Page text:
As the host of GunBlast, Jeff Quinn has acquired a massive collection of firearms over the years. While he has duplicates, Quinn has a story for each one. What I found interesting, though, is how similar his stories were about some of his favorites. The tales involved a mix of appreciation for the history and craftsmanship, but also just getting a good deal.
Thumbing through the shelves, the first gun Quinn pulled down was a Winchester 1894 that was actually made in 1895. He found the iconic lever-action rifle on his trek out to the bi-annual Wanenmacher’s Tulsa Gun Show, one of the biggest shows in the country. “I love the Tulsa, Oklahoma gun show,” he said.
Quinn explained he stumbled across the old Winchester at a table with a few other rifles and pistols. The man working the table was engaged in conversation, so Quinn took it upon himself to check out the rifle. He looked it up and down, noticing the half-round and half-octagon barrel. “Whoever bought this originally was well-heeled because that (feature) was a two-dollar and fifty-cent option back in 1895, so that was a lot of money back then,” Quinn said.
When he saw a break in the man’s conversation, Quinn chimed in. “Sir, what do you want for this rifle?” he asked since there was no price tag on the gun. “I thought he said $1,350, so I looked at it (again),” Quinn said. As he inspected the rifle, the man returned to his conversation.
To Quinn, everything about the rifle looked good, but he only had $1,200 tucked away in his boot and he wanted the rifle, so he figured his only shot was to barter. He waited again for the man to quit talking again.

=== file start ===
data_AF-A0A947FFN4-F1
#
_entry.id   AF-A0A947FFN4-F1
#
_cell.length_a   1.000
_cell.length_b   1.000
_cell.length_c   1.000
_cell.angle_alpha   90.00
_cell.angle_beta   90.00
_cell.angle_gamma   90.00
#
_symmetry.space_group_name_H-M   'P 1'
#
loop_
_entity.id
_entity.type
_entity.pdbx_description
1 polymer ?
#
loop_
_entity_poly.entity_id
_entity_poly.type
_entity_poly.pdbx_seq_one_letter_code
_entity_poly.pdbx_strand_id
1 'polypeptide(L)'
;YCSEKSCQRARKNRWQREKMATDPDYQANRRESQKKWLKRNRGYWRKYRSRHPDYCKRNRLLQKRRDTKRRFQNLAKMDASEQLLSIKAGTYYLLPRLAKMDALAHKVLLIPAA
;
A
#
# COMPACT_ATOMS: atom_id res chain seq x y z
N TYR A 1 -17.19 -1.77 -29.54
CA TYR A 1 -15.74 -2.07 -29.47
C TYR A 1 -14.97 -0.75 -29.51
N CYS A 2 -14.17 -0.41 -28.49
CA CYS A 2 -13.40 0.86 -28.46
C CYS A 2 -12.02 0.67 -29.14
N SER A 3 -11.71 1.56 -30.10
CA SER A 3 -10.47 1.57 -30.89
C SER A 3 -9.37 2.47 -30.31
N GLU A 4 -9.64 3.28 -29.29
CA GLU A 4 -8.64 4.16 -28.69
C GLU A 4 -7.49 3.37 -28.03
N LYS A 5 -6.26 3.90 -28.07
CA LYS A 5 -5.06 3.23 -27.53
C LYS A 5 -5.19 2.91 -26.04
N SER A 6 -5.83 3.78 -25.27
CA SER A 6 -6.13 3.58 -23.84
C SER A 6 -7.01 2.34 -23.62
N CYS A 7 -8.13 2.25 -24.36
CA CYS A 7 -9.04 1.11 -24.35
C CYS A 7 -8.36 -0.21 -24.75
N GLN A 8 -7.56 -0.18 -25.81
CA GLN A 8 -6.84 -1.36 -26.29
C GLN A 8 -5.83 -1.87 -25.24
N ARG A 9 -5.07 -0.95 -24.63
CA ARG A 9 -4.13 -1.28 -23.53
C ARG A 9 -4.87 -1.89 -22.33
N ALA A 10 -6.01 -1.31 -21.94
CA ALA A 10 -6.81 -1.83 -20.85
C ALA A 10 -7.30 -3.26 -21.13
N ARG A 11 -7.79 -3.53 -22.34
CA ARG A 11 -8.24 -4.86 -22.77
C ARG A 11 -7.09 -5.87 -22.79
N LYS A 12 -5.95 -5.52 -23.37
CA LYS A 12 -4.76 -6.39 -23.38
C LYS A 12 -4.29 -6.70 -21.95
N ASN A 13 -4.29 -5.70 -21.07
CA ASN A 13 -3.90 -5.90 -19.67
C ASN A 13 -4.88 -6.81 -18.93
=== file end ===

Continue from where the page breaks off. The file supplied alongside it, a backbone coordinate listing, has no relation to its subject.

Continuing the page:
“Sir, cash money. What will you take for that rifle?” Quinn asked the man. While the man didn’t budge, his response was surprising.
“I told you, young fella, $350 and I’m not taking any less,” the man said.
“What?” Asked Quinn who thought the man had wanted $1,000 more.
“$350,” the man said.
Quinn agreed to pay, but that wasn’t the only surprise that day. As he carried the gun around the show — because he rode his motorcycle out to Tulsa that day — he got an offer for the gun to the tune of $5,000.
Quinn figures if it was worth it then, it’s still got to be in that range. “I’m glad I hung on to it,” he said.
For some years Quinn had been on the hunt for a replica Remington rolling block rifle. Like the kind that they used to hunt buffalo with in the 1800s. He wasn’t having much luck, though.
He talked to a friend who owned one and a contact of his at the Remington Custom Shop, which made them, but got nowhere. “I asked if they had any more of these actions … he said nope we don’t have anymore so I’d pretty much given up on it,” Quinn said.
Then, he made it back out to the Tulsa gun show. He found one just sitting on a rack. “Unfired. Picked it up serial number 55 — early rifle,” he said. On to top of that, the seller only wanted $800. “I didn’t even argue with him. I just handed him the money and was glad to get it.”
Quinn explained the action alone is worth more than what he paid. “I was glad to find that rifle. That’s one of my favorites,” he said.